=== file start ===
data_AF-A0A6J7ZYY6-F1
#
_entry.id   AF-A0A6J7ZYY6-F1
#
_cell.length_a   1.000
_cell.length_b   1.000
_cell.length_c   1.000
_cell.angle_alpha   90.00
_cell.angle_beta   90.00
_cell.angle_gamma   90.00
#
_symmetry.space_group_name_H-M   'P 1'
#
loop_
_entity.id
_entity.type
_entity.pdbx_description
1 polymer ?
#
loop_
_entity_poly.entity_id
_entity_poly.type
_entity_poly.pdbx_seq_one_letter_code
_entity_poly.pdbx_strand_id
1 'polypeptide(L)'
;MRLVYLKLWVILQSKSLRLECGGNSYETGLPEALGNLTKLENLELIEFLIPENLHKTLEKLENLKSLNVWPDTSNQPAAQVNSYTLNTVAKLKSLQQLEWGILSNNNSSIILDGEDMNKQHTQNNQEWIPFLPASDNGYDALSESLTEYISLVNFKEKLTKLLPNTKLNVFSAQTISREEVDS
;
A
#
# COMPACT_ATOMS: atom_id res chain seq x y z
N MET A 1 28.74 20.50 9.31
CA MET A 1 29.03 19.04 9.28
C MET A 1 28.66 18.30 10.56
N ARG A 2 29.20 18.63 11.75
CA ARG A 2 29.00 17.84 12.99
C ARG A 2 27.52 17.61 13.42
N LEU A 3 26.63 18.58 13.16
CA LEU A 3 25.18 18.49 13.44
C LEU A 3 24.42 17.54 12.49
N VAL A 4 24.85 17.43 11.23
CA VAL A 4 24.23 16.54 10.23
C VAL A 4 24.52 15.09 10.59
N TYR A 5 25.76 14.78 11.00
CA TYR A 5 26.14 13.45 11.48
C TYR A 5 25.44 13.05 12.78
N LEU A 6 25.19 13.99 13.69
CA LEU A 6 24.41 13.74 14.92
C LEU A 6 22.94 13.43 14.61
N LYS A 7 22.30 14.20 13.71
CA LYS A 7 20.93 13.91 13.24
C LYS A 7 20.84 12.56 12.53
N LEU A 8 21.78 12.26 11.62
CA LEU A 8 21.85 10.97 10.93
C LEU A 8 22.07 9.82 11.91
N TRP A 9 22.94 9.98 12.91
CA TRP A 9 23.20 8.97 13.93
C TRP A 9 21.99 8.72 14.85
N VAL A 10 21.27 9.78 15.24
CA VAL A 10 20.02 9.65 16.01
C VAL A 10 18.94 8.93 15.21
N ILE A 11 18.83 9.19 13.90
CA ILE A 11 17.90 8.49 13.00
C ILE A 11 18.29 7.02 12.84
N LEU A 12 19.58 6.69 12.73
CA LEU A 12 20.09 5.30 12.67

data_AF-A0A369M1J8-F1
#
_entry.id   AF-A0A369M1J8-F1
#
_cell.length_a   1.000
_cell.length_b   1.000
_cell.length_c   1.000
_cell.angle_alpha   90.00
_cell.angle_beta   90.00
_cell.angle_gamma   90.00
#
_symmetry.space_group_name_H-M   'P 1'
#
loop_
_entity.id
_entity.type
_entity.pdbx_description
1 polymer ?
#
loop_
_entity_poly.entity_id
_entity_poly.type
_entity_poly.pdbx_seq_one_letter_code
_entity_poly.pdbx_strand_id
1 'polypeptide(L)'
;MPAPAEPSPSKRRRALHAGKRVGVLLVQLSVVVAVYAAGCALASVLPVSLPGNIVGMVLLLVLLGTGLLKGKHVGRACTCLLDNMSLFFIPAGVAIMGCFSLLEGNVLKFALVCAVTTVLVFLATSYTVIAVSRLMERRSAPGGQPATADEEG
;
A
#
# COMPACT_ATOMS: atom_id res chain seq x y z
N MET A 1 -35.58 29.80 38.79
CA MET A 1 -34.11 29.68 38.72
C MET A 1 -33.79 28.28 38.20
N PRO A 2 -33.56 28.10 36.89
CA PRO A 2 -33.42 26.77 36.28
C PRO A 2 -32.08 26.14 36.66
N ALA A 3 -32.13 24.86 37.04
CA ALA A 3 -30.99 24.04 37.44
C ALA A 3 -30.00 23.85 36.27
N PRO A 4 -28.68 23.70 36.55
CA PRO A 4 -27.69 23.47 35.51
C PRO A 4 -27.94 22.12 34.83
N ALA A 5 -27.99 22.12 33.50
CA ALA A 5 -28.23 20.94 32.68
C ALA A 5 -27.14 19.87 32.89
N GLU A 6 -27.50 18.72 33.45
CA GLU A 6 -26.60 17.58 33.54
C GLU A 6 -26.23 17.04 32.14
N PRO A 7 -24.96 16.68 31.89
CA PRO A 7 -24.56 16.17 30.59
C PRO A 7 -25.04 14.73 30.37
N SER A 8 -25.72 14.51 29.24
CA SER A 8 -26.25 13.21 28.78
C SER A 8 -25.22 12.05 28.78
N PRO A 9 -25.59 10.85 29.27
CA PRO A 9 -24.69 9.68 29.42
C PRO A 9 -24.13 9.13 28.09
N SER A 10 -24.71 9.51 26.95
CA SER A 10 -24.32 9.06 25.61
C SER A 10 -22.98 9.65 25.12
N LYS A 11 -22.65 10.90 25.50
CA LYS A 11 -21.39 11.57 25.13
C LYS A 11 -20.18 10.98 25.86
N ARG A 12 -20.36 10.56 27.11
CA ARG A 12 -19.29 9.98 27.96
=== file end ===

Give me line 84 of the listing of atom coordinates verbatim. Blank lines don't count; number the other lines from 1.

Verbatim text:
#